Some Maine Coon cats may develop the diseases at three years of age, whereas others may remain unaffected until 8 to 9 years of age.
It’s essential to keep a close eye on your Maine Coon cats as they grow older. If you notice the signs and symptoms listed above, we highly recommend that you take your Maine Coon cat to the vet as soon as possible.
The vet may prescribe medications to improve your feline friend’s quality of life and minimize fatality risks and disease progression.
Although this condition is unavoidable, providing your feline family member with a healthy and nutritious diet can ensure a healthy heart.
Polycystic Kidney Disease (PKD)
Lastly, Maine Coon Cats may be born with an inherited condition called polycystic kidney disease.
If the Maine Coon kittens inherit polycystic kidney disease, they will be born with cysts in their kidneys. PKD is when they have many cysts or pockets of fluids in their kidneys.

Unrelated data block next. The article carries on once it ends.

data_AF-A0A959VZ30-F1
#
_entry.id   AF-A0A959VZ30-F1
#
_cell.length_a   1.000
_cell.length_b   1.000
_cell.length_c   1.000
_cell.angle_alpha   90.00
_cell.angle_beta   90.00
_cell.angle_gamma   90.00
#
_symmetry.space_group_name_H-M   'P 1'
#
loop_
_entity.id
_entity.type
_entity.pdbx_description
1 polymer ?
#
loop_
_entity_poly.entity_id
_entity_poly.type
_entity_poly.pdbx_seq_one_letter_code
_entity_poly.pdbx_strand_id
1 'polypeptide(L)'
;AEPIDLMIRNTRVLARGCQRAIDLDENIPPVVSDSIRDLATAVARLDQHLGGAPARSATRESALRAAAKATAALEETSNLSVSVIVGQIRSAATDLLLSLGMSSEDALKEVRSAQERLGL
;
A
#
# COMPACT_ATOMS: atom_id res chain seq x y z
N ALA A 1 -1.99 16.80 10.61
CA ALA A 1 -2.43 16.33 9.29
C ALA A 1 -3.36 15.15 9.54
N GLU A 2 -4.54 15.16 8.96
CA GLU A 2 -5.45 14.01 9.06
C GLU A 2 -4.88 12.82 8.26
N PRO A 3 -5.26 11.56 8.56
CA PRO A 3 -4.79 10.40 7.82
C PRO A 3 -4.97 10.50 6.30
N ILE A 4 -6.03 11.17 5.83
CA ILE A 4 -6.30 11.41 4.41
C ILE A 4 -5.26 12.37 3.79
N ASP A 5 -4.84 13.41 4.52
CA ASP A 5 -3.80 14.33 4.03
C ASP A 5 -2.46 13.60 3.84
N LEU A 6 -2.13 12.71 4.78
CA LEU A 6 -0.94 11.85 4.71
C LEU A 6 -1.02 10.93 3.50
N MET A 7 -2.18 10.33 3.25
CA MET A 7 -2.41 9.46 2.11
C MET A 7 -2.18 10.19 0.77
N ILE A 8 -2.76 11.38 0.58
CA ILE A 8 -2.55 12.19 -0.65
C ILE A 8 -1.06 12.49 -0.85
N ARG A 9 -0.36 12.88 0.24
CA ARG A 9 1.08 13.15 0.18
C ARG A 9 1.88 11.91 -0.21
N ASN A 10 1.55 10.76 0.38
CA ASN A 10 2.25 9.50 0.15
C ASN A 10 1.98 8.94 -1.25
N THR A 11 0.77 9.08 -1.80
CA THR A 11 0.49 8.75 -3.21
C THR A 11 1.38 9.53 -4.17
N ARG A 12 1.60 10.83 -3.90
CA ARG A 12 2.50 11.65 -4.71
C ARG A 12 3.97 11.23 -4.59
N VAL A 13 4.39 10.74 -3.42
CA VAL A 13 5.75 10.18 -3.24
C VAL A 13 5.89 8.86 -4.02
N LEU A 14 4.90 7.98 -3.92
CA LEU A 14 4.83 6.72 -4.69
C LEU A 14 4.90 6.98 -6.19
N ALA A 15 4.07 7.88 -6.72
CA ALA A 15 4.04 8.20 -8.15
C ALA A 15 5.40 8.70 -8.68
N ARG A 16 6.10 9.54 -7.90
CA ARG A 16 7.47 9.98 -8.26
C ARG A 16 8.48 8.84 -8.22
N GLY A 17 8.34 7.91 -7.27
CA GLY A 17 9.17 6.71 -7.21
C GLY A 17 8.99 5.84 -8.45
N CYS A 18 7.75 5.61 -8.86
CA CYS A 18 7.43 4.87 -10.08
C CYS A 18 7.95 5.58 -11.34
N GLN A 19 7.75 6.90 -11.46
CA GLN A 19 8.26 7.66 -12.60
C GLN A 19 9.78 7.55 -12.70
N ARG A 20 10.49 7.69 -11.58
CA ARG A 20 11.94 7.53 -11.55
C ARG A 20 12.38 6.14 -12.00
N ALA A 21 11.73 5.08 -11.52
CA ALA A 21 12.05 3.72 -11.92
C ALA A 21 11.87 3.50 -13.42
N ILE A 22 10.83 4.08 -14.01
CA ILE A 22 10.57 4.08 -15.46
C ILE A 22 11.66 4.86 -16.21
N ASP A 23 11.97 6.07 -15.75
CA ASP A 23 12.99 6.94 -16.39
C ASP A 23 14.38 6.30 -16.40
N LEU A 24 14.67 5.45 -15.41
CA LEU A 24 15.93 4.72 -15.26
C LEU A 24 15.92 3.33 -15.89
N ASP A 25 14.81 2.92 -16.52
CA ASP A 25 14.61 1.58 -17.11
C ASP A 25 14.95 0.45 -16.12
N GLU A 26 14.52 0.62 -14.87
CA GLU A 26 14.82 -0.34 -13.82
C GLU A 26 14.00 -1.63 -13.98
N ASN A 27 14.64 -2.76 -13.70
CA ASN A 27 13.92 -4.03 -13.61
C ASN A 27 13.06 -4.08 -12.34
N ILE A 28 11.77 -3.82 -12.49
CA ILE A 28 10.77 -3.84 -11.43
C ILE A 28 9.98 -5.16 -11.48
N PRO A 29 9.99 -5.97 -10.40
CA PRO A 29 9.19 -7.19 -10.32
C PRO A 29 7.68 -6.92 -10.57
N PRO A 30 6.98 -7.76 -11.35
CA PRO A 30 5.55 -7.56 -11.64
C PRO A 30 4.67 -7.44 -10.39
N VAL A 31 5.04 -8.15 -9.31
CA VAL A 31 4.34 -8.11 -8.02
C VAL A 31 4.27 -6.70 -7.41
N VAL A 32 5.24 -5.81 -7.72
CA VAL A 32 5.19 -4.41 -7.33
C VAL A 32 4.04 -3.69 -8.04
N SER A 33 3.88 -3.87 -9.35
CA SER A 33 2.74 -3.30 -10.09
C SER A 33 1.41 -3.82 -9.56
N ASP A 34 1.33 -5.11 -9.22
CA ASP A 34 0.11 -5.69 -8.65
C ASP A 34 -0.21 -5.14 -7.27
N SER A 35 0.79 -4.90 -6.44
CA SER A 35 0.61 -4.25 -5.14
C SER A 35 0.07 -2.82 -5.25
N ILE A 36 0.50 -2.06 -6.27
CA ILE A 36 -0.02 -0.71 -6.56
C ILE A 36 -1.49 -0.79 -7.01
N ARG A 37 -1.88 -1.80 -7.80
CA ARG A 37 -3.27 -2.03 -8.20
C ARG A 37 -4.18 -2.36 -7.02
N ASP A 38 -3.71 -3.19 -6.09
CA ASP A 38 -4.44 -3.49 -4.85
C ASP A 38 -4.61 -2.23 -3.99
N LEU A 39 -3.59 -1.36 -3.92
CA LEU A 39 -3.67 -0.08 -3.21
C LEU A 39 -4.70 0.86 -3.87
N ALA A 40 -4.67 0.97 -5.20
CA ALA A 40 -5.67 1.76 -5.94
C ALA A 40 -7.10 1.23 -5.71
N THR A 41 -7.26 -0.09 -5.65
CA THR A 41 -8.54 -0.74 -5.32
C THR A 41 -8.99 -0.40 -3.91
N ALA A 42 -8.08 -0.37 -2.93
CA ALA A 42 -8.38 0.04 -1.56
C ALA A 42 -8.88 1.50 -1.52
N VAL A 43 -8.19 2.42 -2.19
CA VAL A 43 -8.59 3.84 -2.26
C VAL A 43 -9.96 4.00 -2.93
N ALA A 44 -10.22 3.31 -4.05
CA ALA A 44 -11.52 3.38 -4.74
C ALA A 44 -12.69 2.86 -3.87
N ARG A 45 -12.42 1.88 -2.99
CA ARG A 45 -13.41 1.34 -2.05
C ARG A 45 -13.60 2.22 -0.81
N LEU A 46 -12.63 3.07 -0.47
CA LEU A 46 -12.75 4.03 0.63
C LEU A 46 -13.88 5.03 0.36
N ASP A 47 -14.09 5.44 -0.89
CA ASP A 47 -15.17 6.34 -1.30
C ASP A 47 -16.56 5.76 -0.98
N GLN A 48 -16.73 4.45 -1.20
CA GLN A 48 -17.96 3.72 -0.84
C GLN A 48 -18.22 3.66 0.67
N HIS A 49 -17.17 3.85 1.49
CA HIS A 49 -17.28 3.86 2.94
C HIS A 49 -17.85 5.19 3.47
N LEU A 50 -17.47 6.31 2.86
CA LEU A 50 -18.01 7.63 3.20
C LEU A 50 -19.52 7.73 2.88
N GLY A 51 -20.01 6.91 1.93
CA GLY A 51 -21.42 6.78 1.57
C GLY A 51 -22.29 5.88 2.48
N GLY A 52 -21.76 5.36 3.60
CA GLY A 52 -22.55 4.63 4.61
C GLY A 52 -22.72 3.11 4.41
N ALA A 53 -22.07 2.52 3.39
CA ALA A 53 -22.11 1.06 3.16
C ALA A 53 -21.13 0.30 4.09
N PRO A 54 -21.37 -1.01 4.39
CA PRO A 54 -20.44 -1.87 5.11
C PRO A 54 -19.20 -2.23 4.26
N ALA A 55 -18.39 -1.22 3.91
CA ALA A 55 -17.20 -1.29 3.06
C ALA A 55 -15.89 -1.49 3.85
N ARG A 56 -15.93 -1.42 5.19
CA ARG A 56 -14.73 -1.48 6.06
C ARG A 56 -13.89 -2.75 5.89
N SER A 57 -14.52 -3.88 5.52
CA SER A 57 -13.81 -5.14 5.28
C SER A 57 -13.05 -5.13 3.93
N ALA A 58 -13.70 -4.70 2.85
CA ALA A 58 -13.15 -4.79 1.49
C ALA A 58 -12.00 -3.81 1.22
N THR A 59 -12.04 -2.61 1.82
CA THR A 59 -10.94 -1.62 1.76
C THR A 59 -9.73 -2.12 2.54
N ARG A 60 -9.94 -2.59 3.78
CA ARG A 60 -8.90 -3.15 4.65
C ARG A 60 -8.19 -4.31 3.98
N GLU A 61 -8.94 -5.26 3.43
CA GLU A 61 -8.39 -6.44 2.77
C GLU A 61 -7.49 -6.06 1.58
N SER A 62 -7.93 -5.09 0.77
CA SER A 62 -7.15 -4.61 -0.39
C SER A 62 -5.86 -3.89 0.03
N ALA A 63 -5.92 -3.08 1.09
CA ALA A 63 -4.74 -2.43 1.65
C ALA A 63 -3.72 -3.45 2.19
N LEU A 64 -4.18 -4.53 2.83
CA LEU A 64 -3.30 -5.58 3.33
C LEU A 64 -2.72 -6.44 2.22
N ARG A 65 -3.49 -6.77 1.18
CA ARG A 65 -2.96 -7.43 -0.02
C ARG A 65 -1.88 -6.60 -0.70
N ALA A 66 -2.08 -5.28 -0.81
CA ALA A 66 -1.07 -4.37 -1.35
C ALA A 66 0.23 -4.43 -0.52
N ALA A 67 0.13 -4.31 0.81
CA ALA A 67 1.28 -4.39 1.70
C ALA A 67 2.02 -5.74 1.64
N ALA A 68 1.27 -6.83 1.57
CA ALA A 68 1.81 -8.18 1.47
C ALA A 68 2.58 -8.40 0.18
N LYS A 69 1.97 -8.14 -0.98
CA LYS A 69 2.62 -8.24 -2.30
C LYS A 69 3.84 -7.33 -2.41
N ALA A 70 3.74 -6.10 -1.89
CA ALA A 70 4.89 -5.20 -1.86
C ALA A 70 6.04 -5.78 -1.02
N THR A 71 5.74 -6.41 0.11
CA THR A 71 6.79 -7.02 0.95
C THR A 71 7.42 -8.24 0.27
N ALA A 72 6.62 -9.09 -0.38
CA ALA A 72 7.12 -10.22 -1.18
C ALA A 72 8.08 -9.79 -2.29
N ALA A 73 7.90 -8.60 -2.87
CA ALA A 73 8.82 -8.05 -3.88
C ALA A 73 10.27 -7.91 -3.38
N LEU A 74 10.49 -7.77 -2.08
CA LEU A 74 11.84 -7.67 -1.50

As the kittens grow, the size of their cyst also increases. Over time, the kidney tissues become damaged and slowly lose activity.
Ultimately, the Maine Coon cat will suffer from permanent kidney failure.
The tricky part is that cat owners may not even realize their four-legged friends have this condition until it may be a bit too late.
That’s because it usually takes years for the cysts and the reduced kidney function to be noticed. Maine Coon cats with PKD may start showing symptoms of kidney failure or chronic kidney disease at around 8 to 11 years of age.
Some of the symptoms of polycystic kidney disease include the following:
- Weight loss.
- Loss of appetite.
- Blood in the urine.
If you suspect your feline companion has PKD, consult your vet and discuss available treatment options.
If the disease is left unattended and untreated, it may cause other health problems such as high blood pressure and heart failure.
Although preventing a genetically inherited disease is impossible, preventive measures can be taken to minimize the risk. The only known prevention method includes genetic testing of Maine Coon cats.
Maine Coon cats are an absolute delight. They are lovely, affectionate, loving pets that fill your life with happiness and joy. However, Maine Coons are linked to various health problems. Getting your Maine Coon cat tested for all the potential diseases is essential to help them live a happy and prolonged life.